“I don’t think you realise how lucky you are. Most habspaces don’t have full AR. All the other children, they don’t get to go to school, or have an apartment like us, with a garden. They get grey corridors. They only play inside. But… since I work for R-Plus, we get to live here. And you know,” Baba’s dad leans in, smiling, as if they’re in on some great secret, “this LifeSim Suburb is the only one of its kind. The immersive tech here is the most advanced in the solar system.”
“Okay,” says Baba.
“I’ve got an idea. Timo, we’ll be back in a minute.”
Baba’s dad pushes himself up from the table and motions for Baba to follow. Timo ignores them—logged into GameNET, he’s unaware of anything else. Out on the street, Baba takes his dad’s hand, and they walk down the street towards the far edge of the habspace, away from the school, the shop and the pods which transport the grown-ups to the central hub where the NBN offices are.
“It’s funny. They’ve even put a road in here, even though there are no cars. You know why? Kids used to play out on the street. Now they can again. You see the white fence? That’s not actually there. But we found people like to walk through the gate, they like to know their gardens are theirs. I know it takes a bit of getting used to, but everything we’ve done here is to make this a more comfortable space for people to live.”
“Oh,” Baba nods, before a cough latches in his throat. He heaves in a lungful of filtered air, which seems to only make the coughing worse.
“You okay son?”
“I’m… okay…” Baba wheezes. He tries to slow down his breathing like his teacher taught him, until all that’s left is a tickle.
Within minutes they reach the end of the road, which turns to the left and carries on far into the distance, slowly receding to a thin line between two fields, before winding upwards into low hills, vivid green and spotted with trees. Sheep graze in the fields. It looks completely real, like he could keep walking for hours. What would be out there? What would he find?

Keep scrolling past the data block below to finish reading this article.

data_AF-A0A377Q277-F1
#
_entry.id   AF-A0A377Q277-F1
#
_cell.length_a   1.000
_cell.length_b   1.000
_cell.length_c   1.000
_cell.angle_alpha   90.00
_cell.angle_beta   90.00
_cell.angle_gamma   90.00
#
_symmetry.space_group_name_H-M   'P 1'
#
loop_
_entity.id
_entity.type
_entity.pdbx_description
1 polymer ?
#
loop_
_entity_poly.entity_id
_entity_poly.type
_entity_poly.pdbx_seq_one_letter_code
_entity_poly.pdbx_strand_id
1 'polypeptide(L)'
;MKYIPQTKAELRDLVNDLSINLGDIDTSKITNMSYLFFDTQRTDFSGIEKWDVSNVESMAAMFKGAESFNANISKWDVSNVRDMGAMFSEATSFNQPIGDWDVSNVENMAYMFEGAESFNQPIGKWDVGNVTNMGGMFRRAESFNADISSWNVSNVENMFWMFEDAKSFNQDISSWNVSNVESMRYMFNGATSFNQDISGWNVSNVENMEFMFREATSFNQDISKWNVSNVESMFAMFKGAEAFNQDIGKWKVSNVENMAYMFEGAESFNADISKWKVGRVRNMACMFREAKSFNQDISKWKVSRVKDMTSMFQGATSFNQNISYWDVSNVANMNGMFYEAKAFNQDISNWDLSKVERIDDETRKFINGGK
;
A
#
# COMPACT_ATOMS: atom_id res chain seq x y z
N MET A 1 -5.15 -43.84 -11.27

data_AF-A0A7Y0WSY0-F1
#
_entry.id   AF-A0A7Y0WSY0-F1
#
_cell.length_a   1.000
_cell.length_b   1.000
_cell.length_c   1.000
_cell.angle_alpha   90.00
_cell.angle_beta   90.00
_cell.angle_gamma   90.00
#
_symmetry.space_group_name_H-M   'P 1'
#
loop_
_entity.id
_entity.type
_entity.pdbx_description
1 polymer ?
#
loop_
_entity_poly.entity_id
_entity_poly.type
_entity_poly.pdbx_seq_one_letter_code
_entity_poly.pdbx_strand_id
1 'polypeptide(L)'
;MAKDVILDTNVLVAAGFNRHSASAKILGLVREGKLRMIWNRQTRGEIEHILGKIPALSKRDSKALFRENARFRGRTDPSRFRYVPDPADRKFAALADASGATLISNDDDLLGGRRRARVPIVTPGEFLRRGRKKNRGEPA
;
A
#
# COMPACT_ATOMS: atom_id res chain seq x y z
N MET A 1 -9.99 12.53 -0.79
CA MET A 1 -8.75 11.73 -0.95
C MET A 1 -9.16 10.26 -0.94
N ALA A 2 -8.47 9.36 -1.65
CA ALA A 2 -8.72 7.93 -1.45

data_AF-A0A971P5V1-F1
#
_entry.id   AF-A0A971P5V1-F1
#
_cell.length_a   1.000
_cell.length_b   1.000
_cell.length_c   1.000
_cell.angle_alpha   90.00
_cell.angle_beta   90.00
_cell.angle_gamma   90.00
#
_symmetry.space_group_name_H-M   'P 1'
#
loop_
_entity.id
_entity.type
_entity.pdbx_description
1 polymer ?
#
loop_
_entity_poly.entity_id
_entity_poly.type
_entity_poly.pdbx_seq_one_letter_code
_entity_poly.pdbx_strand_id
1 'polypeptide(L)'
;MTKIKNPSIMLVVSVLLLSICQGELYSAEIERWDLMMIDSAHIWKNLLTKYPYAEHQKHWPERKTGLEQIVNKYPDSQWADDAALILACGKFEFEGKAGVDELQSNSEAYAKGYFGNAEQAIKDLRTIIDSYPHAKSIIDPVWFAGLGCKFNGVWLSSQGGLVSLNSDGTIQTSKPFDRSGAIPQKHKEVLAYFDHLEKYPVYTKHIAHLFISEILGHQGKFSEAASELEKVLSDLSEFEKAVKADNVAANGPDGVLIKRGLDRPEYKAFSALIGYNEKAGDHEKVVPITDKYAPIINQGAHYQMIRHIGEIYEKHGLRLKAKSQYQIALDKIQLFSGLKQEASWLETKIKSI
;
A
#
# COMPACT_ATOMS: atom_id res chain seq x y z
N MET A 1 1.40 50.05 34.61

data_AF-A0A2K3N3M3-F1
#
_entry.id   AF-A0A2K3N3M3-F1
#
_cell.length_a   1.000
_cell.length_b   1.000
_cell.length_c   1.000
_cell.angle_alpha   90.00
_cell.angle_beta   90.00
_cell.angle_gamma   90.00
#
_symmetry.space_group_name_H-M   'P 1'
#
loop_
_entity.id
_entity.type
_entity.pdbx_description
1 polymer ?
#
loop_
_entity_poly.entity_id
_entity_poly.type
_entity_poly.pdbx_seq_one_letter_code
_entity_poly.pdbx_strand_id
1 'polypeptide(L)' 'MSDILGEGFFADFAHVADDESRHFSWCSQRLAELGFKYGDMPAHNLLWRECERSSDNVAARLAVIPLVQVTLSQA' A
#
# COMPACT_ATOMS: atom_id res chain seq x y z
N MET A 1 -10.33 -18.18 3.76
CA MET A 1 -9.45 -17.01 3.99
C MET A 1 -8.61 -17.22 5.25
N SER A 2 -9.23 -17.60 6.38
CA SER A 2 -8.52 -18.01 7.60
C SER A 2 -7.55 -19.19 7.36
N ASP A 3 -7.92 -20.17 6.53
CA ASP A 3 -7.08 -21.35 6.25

“Look at this. It’s incredible. This is a screen. But it looks so real. And it makes you feel… calm, doesn’t it? At peace. You can smell the fresh air. Hear the birds.”
Baba nods. He can smell the fresh air. There’s something different about it to the air in the rest of the habspace, even though he’s only metres away. And he can hear birds, and see them too, flying to and fro in a nearby tree.
“This is what NBN is for. We make lives better. Coming here, living here. This is the future of Lunar existence.”
They stand looking at the view, getting lost in its intricacies. Baba notices a large bird, wings outstretched, gliding. He sees an airplane in the sky, a white trail like marshmallow in the distance. His dad is right, he realises. It does make him feel calm.
Then it all disappears, and it is suddenly night.
In an instant, the sky, the hills, the road, all gone. Everything grey-black.
Baba looks around. The houses are grey shells. The grass is a grey floor. The fence, the trees, the sun.
“Oh no. Oh no,” Baba’s dad begins to swear, his head whipping around frantically. “This isn’t right. We’ve gotta fix this.”
Down the street, someone screams.
Baba walks forward, to the edge of the dome. As his eyes adjust to the darkness, he sees shapes through the glass. Grey dust. The slope of a hill. A dip, the edge of which is ridged. In the distance, three tall cranes.
It is the first time Baba has seen it, except in photographs.
It is the most beautiful thing he’s ever seen.